How to survive the LPC research module

Cant I just ask the firms librarian to look things up for me?
No you are the one with the law degree, the LPC and the legally trained mind to find the correct law and apply it to the issues.

How to survive the LPC research moduleLets start with some frequently asked questions:

Cant I just ask the firms librarian to look things up for me?
No you are the one with the law degree, the LPC and the legally trained mind to find the correct law and apply it to the issues.

I could always just Google the problem the internet always has an answer!
The internet may have answers but they might not be correct! Your client is paying your firm to use proper legal resources to provide full and correct advice on its particular problem.

Will my supervisor give me a reading list of suitable texts and caselaw to use thats what I had on my undergraduate course?
Absolutely not!

But there are so many resources, I dont know where to start!

Of course you know how to research law by now so why do you have to do so much research on the LPC?

On day one of your training contract you will probably be given some research to do so that your supervisor can assess whether you really are a safe pair of hands. You dont want to find yourself in charge of the photocopier for the next 6 months if you mess up your first task, do you? So pay attention to the research element of the LPC and you will be fully prepared for practice (or even interviews for a training contract firms often give research tasks to students to assess their suitability as a trainee).

Many students find the switch between research at undergraduate level and that required in practice challenging, if not pretty daunting. A key difference is that in practice you are presented with just your clients problem e.g. can Mr White do X? What are the consequences of doing Y? Trainees often have to start their research from scratch in a totally unfamiliar area – alone. To make things even more challenging trainees have to work under time pressure (remember time is money!) and must find the correct answer (otherwise your firm may be sued for negligence).

Research isnt a subject that can be taught in the traditional sense as it is a skill and therefore needs to be developed and practised. This important skill can be nurtured by practising it regularly with guidance. Throughout the LPC students are given practice problems which increase with difficulty during the course.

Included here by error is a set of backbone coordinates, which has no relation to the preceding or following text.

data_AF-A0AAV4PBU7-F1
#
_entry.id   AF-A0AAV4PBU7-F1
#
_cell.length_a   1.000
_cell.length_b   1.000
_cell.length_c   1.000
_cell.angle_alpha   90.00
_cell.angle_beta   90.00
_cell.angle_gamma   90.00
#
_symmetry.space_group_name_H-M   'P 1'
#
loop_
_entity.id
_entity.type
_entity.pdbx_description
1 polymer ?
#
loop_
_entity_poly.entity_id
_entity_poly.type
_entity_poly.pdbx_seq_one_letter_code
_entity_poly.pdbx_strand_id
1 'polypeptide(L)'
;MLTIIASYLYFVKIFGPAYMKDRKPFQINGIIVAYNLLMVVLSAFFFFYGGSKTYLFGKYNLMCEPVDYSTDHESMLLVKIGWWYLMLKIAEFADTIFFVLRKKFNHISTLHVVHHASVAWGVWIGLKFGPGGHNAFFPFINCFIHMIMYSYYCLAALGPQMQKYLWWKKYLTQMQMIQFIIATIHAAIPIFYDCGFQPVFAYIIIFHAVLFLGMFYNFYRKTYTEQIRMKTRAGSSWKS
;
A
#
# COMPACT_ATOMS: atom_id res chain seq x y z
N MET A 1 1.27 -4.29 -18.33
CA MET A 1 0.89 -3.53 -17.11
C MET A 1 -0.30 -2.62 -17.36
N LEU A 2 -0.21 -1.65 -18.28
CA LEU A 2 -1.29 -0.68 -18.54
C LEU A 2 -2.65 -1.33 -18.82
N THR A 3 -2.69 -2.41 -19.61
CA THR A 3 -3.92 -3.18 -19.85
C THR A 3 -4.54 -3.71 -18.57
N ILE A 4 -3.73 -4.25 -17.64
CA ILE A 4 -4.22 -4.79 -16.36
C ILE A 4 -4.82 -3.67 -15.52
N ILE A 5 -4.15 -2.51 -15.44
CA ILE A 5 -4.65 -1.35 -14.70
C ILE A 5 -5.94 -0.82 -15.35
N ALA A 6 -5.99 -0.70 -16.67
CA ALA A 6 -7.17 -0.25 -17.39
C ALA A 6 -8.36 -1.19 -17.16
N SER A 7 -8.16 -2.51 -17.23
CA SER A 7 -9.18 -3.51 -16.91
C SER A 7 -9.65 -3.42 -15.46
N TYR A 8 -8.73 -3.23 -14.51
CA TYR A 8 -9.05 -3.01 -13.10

To research successfully and with the minimum pain, you need to follow a sound research technique some of this is common sense and you would probably do much of this naturally anyway but its a good process to follow in case you slip up on the way.

1. Analyse your clients problem carefully and identify what the real issues are – its not always that obvious so take your time here!
2. Then consider what resources you have and how you intend to use them. Its a bit like orienteering in order to achieve your destination you need to plan what to do before you actually do it rather than just randomly going in any direction otherwise you will end up in the dark and never find the correct answer!
3. Then get on and research your clients problem make sure you read all the relevant detail (e.g. footnotes) and carefully check every avenue to be sure you actually find the right answer to your clients problem. Use a commentary to get an idea of the relevant area (this is someone elses opinion of the law e.g. Halsburys Laws is often a good start) and then check the actual legislation or caselaw itself; the commentary you started with may be wrong or biased in some way which could affect your advice.
4. Dont forget to update every point you rely upon you will be wasting your firms time and your clients money if you provide an out of date answer (and you may be negligent).
5. Ensure that you deal fully with the clients problem.

Imagine one of your clients has been charged with a criminal offence. Unsurprisingly, he wants to know the maximum sentence. So you look it up, but fail to notice that the statute on which you are relying has recently been amended. So you give him out-of-date advice. So what? Well, if the old sentence was a maximum fine of say 1000, but the new sentence to which your client will be subjected is a prison sentence of up to 2 years, how are you going to feel? How is your client going to react? You may think that you would never get this sort of thing wrong: if so, great, but make sure you always check as every year thousands of solicitors are negligent, often as a result of very minor errors.

Many LPC students struggle to understand why they are being made to do research on the course only when they get into practice do they realise why this skill is such a fundamental part of their training. We often get emails from first year trainees asking us to tell our current intake of LPC students that its so important and such a useful skill and we do. So make sure you develop your own research skills whilst on the LPC as much as you possibly can your hard work will pay off once you get into practice!

Tips to survive Practical Legal Research on the LPC:

o The more you do it, the more comfortable you will feel about whether you have actually found the correct answer (or sometimes the fact that there really is no answer!).
o Know your resources what youve got and how to use them. You will have to get your hands dirty and do quite a lot of reading around a subject sometimes.
o Be careful identifying the issues; its surprisingly easy to go wrong right at the start.
o Follow a sound technique; especially make sure your research is up-to-date.
o Provide user-friendly, relevant advice that will impress your boss and that your client will be happy to pay for.

Annabel Harrison is a Senior Lecturer and the LPC Research Subject Leader at Nottingham Law School. Adrian Savage is a Senior Lecturer and Head of Skills on the LPC at Nottingham Law School.